Tesco Picks Tata’s Trent for India Wholesale Venture

Tesco Plc, the U.K.’s biggest supermarket chain, chose Tata Group’s Trent Ltd. as its partner for a chain of wholesale stores in India, almost two years after ending talks on a venture with the Bharti Group.

Tesco will invest 60 million pounds ($114 million) in the venture over two years, the Cheshunt, England-based company said in an e-mailed statement today.

The British retailer enters the Indian market as sales at chain stores may increase more than eightfold to $97 billion by 2012, according to consultant Technopak Advisors Pvt. Overseas retailers such as Tesco and Wal-Mart Stores Inc. are forming wholesale ventures in the South Asian nation as local rules bar them from opening or buying stakes in retail stores.

Bentonville, Arkansas-based Wal-Mart formed a wholesale joint venture with the Bharti Group, owned by billionaire Sunil Mittal, for a wholesale venture in August 2007.

The wholesale outlets of the Tesco venture will sell food, grocery items and other products to small retailers and restaurant owners, Tesco said.

Trent will also have an exclusive franchise agreement with Tesco for its local retail operations, the Mumbai-based company said in a separate statement. The accord will give the Indian company retail stores access to Tesco’s supply chain and other technologies, Trent said.
Under the deal with Tata Group’s retail arm Trent Tesco will, for a fee, provide its retail expertise and technical capability to support the development of its hypermarket business, Star Bazaar.

Trent currently has four hypermarkets, with plans to grow to 50 stores over the next five years.

“This is another exciting development for Tesco. It complements our entries into China and the United States, giving us access to another of the most important economies in the world,” Tesco Chief Executive Terry Leahy said in a statement.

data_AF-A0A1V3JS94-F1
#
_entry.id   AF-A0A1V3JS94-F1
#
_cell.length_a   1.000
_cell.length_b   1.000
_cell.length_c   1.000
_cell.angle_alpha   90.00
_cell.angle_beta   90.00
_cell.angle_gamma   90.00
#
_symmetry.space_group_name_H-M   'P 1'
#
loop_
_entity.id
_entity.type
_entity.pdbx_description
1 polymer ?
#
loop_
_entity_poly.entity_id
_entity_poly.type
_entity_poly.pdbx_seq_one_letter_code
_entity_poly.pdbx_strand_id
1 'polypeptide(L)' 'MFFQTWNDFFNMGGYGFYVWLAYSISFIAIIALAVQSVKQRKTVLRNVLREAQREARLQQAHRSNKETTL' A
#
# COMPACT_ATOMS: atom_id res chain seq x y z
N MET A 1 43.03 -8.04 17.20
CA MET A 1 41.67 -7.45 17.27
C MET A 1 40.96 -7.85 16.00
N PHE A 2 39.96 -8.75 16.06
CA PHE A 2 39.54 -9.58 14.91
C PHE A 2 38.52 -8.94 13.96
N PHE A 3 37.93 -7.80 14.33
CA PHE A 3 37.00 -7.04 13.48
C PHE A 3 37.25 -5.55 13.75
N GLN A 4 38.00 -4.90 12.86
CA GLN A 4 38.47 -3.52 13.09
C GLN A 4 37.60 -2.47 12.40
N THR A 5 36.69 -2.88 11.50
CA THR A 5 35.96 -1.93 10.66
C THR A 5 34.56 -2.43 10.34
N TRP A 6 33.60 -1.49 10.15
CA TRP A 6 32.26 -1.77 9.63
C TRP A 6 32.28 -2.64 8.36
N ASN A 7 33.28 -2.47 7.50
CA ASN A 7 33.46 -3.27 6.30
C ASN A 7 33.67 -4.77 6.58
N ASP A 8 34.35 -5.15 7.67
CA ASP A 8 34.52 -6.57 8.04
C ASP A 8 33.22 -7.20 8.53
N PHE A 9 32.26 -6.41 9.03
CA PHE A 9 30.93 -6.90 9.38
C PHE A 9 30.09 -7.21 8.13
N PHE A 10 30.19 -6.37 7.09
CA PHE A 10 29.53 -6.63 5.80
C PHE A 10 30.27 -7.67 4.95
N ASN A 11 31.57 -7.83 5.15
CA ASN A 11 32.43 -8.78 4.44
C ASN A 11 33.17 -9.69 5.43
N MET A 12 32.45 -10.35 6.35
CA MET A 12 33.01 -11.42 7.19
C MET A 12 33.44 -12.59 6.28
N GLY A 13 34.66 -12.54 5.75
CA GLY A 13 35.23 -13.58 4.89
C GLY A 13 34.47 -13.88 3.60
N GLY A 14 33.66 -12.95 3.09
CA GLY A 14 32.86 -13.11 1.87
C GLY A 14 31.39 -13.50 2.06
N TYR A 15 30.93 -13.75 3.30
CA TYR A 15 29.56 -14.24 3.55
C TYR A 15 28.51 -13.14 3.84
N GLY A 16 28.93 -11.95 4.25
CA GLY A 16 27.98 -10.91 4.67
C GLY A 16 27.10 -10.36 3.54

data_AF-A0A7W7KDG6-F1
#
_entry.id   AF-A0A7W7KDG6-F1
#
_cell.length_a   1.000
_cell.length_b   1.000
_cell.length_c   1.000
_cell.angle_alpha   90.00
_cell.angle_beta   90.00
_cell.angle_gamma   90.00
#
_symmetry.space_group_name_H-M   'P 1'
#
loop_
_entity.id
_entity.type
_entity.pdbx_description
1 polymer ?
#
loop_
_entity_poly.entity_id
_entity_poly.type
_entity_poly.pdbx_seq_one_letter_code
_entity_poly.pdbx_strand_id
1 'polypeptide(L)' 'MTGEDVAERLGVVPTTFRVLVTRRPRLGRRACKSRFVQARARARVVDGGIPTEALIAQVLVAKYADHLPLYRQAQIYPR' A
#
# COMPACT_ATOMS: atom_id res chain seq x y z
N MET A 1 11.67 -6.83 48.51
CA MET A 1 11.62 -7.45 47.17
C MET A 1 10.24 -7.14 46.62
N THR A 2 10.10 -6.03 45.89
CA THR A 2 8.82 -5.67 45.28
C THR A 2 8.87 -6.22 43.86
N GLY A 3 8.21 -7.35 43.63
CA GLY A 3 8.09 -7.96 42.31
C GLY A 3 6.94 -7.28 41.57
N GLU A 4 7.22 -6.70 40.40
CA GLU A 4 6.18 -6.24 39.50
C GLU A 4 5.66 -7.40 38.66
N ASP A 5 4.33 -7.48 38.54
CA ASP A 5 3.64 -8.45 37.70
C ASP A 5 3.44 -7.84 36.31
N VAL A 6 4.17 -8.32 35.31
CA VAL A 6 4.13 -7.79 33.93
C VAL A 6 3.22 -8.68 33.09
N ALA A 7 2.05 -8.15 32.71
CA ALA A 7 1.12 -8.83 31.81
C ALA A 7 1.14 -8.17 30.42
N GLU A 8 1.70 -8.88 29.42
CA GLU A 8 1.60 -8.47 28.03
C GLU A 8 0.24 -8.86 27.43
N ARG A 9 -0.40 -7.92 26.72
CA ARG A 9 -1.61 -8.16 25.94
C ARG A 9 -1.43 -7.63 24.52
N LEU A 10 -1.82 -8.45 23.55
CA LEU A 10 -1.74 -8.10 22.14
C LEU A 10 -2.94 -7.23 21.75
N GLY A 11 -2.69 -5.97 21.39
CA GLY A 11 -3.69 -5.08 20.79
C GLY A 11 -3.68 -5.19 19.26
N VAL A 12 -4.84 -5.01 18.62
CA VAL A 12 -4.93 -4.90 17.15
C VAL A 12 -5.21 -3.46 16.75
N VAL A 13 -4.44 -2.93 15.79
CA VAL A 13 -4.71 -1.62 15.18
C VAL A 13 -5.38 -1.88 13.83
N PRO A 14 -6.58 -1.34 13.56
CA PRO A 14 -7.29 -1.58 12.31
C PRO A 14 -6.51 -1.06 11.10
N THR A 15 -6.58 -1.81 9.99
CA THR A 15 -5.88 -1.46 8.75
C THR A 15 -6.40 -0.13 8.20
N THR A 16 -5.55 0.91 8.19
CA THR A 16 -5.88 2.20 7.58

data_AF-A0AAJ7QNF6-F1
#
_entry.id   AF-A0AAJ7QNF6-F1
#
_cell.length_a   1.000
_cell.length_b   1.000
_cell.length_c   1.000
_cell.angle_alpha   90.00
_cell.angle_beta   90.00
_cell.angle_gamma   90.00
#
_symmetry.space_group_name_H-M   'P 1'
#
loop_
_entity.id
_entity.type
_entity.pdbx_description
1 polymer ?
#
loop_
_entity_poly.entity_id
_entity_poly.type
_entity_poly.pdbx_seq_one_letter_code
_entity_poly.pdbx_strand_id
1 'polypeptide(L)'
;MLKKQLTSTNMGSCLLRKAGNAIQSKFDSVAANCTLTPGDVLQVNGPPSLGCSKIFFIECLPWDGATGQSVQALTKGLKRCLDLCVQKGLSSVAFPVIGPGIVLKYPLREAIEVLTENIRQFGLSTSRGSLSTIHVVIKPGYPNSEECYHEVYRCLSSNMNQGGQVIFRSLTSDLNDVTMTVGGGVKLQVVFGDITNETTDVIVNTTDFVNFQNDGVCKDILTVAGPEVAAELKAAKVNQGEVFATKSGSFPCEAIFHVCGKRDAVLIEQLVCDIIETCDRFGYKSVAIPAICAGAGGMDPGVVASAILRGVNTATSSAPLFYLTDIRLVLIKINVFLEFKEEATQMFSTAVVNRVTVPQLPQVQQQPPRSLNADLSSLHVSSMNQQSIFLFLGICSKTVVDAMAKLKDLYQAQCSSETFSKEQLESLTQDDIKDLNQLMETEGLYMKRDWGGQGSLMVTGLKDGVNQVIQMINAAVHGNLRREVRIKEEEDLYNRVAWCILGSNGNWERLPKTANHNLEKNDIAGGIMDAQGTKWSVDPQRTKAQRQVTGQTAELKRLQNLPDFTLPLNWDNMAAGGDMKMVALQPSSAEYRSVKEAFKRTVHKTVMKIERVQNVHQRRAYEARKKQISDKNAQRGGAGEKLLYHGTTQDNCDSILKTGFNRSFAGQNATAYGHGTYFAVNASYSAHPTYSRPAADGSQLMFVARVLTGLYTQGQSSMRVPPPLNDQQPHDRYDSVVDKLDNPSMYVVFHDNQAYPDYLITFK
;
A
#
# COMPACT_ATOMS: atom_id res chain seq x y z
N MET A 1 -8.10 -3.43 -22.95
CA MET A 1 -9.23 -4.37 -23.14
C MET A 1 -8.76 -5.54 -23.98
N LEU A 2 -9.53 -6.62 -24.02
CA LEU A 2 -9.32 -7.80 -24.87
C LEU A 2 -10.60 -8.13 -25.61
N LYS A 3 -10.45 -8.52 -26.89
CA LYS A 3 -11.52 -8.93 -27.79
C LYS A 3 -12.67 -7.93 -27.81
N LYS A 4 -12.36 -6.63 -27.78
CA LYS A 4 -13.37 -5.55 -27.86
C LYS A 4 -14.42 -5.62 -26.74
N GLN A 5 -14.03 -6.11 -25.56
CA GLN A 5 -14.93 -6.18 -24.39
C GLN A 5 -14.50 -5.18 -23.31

“Our agreement (with Tata) will enable us to share our international retail expertise, supporting Trent in the development of their Star Bazaar hypermarket business and benefiting Indian
Under the deal with Tata Group’s retail arm Trent Tesco will, for a fee, provide its retail expertise and technical capability to support the development of its hypermarket business, Star Bazaar.

Trent currently has four hypermarkets, with plans to grow to 50 stores over the next five years.
The Tata Group’s business interests span chemicals, hotels and tea, and it also owns some of Britain’s best-known businesses, including steelmaker Corus and the Jaguar and Land Rover car brands.

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2 Responses

  1. I think that the alliance between Tesco and Trent, while essentially amounts to a franchise agreement and not a joint-venture is good for both parties – especially for the latter, as I point out in my post (check it out at: http://www.moneyvidya.com/blog/?p=250). While Trent has to pay a fee for access to Tesco’s expertise (IT systems, infrastructure mgmt etc.) I think that this is a small price to pay for things that are essential requisites for cost efficiency in this space. Tesco also benefits, by learning how to operate in an Indian environment before jumping in independently into this format. You might also be interested to read my analysis on what impact the arrival of large format organised retail has on consumer goods manufacturers margins: http://www.moneyvidya.com/blog/?p=258

    Gautam Kshatriya
    gautam.kshatriya@moneyvidya.com
    http://www.moneyvidya.com

  2. The
    Bombay Stock Exchange
    on Monday posted a marginally lower
    net profit of Rs 55.48 crore in the third quarter of FY 2010, compared to Rs
    57.77 crore in same period last year.
    The exchange’s total income,
    however, jumped to Rs 140.48 crore in Q3 FY’10, against Rs 103.57 crore in the
    same period last fiscal, it said in a release here .http://www.puntercalls.com

     

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